Saturday, July 21, 2018

Latest News

Better toilets & accurate information about periods crucial to keeping girls...

Around the world, one in three girls face inadequate toilets, and many others face social and cultural limits when they have their periods. WaterAid encourages governments around the world to prioritise better toilets and washing facilities in schools, and to provide accurate information around menstruation, to ensure girls’ rights to education and equality.

World News

UNICEF: 3 million children born into war in Yemen

MORE than 3 million children were born in Yemen since the escalation in violence in March 2015 according to a UNICEF report.

UNICEF responds to Sierra Leone mudslide as more than 100 children reported dead

UNICEF is on the ground urgently responding to the needs of displaced families affected by the flooding and landslides in Sierra Leone’s capital Freetown which have killed several hundred people including at least 109 children, according to government sources.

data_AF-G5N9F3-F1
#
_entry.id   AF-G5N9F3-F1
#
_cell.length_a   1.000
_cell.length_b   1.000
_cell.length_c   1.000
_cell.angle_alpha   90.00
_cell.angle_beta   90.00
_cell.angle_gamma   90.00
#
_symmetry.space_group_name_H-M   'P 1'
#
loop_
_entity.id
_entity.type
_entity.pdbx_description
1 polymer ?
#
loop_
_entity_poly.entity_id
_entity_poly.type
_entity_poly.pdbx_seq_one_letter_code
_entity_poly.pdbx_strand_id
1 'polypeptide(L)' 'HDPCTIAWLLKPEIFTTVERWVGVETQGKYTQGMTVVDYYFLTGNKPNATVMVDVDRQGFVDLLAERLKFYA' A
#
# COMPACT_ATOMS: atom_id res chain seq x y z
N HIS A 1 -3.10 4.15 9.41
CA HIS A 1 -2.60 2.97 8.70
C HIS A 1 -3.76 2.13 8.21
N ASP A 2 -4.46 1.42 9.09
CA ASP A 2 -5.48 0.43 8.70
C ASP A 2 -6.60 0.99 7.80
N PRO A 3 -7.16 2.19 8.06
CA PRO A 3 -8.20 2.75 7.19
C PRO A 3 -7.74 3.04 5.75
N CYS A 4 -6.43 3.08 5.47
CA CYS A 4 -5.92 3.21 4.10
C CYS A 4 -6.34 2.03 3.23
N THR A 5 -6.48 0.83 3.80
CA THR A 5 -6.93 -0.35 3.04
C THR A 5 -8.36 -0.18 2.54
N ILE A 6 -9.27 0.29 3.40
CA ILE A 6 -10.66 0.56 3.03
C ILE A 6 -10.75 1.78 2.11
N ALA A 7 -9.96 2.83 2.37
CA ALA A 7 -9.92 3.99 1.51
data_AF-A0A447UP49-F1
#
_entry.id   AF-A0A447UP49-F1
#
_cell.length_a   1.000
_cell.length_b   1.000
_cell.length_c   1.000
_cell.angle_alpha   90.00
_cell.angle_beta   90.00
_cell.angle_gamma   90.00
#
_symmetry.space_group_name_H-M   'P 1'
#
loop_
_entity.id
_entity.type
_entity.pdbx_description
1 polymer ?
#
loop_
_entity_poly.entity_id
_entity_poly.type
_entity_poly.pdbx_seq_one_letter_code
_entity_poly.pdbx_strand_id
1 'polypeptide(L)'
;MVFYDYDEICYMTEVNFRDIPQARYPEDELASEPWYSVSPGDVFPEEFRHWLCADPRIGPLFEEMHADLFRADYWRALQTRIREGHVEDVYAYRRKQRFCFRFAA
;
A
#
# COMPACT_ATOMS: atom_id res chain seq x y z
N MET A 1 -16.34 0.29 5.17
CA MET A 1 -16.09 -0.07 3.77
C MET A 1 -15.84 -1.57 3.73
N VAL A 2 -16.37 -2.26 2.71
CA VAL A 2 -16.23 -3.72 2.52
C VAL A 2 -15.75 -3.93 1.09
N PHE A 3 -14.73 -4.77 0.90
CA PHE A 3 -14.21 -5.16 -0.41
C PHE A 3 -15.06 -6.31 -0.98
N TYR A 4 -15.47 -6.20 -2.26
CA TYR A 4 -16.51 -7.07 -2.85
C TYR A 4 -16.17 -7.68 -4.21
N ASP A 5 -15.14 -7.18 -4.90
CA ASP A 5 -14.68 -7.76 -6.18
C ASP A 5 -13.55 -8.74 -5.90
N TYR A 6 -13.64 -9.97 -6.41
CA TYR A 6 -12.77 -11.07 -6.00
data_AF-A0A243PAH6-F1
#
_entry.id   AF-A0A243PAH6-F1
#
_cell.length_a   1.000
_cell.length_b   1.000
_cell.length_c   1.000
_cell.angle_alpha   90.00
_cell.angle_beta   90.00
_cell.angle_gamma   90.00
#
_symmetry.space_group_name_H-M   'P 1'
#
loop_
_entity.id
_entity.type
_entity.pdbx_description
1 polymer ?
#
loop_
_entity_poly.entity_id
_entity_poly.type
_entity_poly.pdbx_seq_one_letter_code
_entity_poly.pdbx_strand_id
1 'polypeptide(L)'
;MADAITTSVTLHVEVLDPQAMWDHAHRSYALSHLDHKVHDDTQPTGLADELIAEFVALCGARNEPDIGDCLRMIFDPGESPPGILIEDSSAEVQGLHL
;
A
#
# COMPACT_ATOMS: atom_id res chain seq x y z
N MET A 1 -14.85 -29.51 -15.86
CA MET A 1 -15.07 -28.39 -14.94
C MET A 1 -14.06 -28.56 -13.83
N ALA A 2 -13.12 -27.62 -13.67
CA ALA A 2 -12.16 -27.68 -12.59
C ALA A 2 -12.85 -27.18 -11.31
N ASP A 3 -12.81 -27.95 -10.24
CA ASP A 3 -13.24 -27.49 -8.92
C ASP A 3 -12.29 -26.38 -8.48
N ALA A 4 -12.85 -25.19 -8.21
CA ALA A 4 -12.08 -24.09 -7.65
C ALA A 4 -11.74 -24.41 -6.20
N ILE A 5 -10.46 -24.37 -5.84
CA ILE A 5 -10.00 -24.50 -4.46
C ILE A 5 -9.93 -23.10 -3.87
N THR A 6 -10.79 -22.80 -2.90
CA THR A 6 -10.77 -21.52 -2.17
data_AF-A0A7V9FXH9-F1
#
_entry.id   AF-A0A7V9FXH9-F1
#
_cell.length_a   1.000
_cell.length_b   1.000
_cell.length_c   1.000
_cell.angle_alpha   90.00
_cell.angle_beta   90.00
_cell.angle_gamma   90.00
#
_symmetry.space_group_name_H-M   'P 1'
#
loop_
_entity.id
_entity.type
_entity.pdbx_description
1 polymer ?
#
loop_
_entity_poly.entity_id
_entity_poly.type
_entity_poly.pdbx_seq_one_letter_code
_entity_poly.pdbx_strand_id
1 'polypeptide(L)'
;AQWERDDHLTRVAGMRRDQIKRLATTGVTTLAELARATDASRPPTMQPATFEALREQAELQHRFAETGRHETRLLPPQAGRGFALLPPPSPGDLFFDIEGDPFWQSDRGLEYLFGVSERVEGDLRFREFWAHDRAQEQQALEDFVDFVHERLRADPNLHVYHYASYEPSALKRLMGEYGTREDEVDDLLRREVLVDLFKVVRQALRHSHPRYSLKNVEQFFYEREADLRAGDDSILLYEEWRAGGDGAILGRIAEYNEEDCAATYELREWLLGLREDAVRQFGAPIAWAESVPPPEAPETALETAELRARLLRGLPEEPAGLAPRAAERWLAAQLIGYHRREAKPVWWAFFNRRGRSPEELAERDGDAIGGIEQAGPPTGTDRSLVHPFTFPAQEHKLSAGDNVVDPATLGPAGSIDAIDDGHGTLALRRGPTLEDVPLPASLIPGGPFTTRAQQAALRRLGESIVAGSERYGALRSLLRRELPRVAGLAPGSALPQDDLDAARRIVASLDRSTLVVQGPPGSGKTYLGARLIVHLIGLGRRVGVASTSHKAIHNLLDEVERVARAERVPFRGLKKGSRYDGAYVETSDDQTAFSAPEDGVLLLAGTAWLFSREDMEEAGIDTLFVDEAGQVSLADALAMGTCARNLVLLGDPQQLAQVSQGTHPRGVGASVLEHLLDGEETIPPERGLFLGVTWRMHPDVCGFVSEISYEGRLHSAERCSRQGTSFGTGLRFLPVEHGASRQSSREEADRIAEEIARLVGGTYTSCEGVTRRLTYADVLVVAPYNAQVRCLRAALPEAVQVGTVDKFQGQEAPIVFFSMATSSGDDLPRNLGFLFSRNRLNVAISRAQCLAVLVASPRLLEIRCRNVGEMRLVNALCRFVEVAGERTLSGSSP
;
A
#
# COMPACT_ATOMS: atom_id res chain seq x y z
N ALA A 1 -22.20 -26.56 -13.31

MSF: Global attention needed to prevent and treat the changing face of AIDS

AN unacceptably high number of people continue to develop and die of AIDS[1]-related diseases across sub-Saharan Africa. They remain left out of the global HIV response without access to treatment that prevents AIDS or the medical care they need, Médecins Sans Frontières (MSF) says.

Latest Opinion

NGOs can lead the way in regaining public trust: Heart Foundation

Trust in public institutions is on the wane. While community benefit organisations are not immune, they have a key leadership role in strengthening trust between all members of the community, writes Heart Foundation CEO, Adjunct Professor John G. Kelly (AM).

The Whale Wars Continue

OPINION: Sea Shepherd has accomplished something absolutely remarkable over the last 12 years. With your support, we have helped save the lives of over 6000 whales.

Why young people are going to change the world

OPINION: WHAT are the hopes and dreams of young Australians today? What makes them happy? What are they worried about? And why are they going to save the world? Louisa Keck from The Reach Foundation has some answers.